KSRP and MicroRNA 145 are negative regulators of lipolysis in white adipose tissue

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    White adipose tissue (WAT) releases fatty acids from stored triacylglycerol for an energy source. Here, we report that targeted deletion of KH-type splicing regulatory protein (KSRP), an RNA-binding protein that regulates gene expression at multiple levels, enhances lipolysis in epididymal WAT (eWAT) because of the upregulation of genes promoting lipolytic activity. Expression of microRNA 145 (miR-145) is decreased because of impaired primary miR-145 processing in Ksrp-/- eWAT. We show that miR-145 directly targets and represses Foxo1 and Cgi58, activators of lipolytic activity, and forced expression of miR-145 attenuates lipolysis. This study reveals a novel in vivo function of KSRP in controlling adipose lipolysis through posttranscriptional regulation of miR-145 expression

    A cytoplasmic variant of the KH-type splicing regulatory protein serves as a decay-promoting factor for phosphoglycerate kinase 2 mRNA in murine male germ cells

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    Phosphoglycerate kinase 2 (PGK2) is a germ cell-specific protein whose mRNA is translationally regulated in the mammalian testis. Using RNA affinity chromatography with the 3′-untranslated region (UTR) of Pgk2 mRNA and adult testis extracts, several associated proteins including a novel isoform of the AU-rich element RNA-binding protein and KH-type splicing regulatory protein (KSRP) were identified. KSRP, a protein of ∼75 kDa, is widely expressed in somatic and germ cells where it is primarily nuclear. In addition to the ∼75-kDa KSRP, a ∼52-kD KSRP, t-KSRP, is present in the cytoplasm of a subpopulation of germ cells. t-KSRP binds directly to a 93-nt sequence (designated the F1 region) of the 3′-UTR of the Pgk2 mRNA and destabilizes Pgk2 mRNA constructs in testis extracts and in transfected cells. We conclude that this testicular variant of the multifunctional nucleic acid–binding protein, KSRP, serves as a decay-promoting factor for Pgk2 mRNA in male germ cells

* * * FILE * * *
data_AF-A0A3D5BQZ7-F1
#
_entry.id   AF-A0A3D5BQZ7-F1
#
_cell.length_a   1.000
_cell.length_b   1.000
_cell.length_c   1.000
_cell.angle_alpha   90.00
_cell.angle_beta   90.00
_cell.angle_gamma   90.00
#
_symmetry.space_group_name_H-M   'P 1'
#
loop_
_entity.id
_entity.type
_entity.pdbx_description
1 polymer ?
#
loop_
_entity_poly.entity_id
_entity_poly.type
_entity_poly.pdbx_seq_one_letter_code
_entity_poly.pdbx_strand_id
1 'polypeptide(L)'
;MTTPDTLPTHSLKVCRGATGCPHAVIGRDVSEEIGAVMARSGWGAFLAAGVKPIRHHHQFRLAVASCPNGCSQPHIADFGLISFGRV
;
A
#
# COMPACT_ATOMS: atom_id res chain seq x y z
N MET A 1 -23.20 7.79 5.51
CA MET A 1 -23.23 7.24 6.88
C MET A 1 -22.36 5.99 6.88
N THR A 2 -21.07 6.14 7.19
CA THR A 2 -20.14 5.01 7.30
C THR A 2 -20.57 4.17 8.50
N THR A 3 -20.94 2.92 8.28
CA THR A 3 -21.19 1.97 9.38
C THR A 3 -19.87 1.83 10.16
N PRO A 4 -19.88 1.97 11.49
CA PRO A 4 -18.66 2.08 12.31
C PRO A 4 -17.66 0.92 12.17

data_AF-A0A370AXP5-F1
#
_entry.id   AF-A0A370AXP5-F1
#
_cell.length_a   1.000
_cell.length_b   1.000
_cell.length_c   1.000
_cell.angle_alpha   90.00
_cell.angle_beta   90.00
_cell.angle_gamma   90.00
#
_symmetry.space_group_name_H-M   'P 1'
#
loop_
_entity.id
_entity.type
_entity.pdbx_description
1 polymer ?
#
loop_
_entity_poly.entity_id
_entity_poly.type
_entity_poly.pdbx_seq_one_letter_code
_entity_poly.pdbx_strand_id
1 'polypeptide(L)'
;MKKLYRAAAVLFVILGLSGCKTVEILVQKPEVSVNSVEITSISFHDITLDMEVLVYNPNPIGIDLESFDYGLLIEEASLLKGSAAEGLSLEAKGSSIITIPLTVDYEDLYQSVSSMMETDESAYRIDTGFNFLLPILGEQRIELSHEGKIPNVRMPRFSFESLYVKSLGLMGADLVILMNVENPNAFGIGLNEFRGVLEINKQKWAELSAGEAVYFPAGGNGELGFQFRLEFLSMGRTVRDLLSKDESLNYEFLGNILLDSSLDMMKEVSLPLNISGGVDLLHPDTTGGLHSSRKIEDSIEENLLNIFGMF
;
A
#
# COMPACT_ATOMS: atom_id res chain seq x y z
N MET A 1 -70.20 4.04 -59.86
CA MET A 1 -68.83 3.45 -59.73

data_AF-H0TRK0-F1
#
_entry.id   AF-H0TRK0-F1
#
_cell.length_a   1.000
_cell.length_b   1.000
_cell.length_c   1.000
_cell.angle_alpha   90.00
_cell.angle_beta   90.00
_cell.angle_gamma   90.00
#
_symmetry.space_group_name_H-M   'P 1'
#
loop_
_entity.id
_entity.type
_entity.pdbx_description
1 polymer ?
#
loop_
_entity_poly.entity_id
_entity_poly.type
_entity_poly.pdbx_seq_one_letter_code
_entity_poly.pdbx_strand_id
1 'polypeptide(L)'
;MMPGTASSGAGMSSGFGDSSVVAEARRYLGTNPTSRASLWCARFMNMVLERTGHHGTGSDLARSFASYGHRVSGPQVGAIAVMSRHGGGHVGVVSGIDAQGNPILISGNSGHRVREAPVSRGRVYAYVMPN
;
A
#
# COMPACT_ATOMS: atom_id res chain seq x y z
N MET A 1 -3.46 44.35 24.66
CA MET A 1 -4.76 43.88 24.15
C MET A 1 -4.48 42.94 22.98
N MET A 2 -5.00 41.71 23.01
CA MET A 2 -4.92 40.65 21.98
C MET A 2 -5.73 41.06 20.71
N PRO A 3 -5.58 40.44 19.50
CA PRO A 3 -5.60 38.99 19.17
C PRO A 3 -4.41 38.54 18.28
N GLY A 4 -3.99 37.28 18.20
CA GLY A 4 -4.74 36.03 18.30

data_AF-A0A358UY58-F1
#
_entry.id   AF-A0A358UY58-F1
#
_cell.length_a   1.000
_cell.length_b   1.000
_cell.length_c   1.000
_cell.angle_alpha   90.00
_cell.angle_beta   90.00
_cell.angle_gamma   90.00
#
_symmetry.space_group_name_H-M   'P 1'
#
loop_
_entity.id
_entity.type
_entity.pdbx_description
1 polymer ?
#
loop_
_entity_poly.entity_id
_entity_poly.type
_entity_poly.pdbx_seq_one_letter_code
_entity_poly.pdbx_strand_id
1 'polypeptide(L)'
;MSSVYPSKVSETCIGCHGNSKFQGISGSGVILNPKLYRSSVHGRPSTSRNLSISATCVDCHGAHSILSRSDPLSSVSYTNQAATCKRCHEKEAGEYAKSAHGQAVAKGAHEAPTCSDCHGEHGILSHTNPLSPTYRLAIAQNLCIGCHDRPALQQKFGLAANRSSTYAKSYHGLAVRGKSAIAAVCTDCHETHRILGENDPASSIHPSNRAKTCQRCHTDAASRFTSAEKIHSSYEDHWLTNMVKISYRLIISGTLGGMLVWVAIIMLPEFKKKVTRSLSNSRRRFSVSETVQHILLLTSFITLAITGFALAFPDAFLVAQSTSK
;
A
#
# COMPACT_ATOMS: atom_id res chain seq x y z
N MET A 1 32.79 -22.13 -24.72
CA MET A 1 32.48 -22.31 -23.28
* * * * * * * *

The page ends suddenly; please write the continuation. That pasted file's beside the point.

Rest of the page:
KSRP-PMR1-exosome association determines parathyroid hormone mRNA levels and stability in transfected cells